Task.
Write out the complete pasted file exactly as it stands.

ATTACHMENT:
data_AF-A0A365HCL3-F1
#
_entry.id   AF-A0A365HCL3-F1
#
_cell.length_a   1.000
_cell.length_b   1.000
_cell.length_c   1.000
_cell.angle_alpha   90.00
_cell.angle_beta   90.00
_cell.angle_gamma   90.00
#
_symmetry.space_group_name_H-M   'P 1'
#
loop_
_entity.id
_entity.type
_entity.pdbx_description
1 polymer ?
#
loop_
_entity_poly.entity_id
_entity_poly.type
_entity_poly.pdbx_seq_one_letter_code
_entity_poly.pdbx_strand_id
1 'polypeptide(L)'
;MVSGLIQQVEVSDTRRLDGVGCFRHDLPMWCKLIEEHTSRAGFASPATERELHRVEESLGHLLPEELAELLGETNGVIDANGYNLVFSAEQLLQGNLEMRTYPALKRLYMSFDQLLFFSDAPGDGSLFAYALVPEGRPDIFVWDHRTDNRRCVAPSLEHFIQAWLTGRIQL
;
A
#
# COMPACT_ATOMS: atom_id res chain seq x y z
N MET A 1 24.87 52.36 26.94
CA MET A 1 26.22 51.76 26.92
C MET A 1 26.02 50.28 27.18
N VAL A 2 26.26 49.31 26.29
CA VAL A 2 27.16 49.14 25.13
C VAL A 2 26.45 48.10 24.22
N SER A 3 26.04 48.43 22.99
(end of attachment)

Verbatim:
data_AF-A0A365HCL3-F1
#
_entry.id   AF-A0A365HCL3-F1
#
_cell.length_a   1.000
_cell.length_b   1.000
_cell.length_c   1.000
_cell.angle_alpha   90.00
_cell.angle_beta   90.00
_cell.angle_gamma   90.00
#
_symmetry.space_group_name_H-M   'P 1'
#
loop_
_entity.id
_entity.type
_entity.pdbx_description
1 polymer ?
#
loop_
_entity_poly.entity_id
_entity_poly.type
_entity_poly.pdbx_seq_one_letter_code
_entity_poly.pdbx_strand_id
1 'polypeptide(L)'
;MVSGLIQQVEVSDTRRLDGVGCFRHDLPMWCKLIEEHTSRAGFASPATERELHRVEESLGHLLPEELAELLGETNGVIDANGYNLVFSAEQLLQGNLEMRTYPALKRLYMSFDQLLFFSDAPGDGSLFAYALVPEGRPDIFVWDHRTDNRRCVAPSLEHFIQAWLTGRIQL
;
A
#
# COMPACT_ATOMS: atom_id res chain seq x y z
N MET A 1 24.87 52.36 26.94
CA MET A 1 26.22 51.76 26.92
C MET A 1 26.02 50.28 27.18
N VAL A 2 26.26 49.31 26.29
CA VAL A 2 27.16 49.14 25.13
C VAL A 2 26.45 48.10 24.22
N SER A 3 26.04 48.43 22.99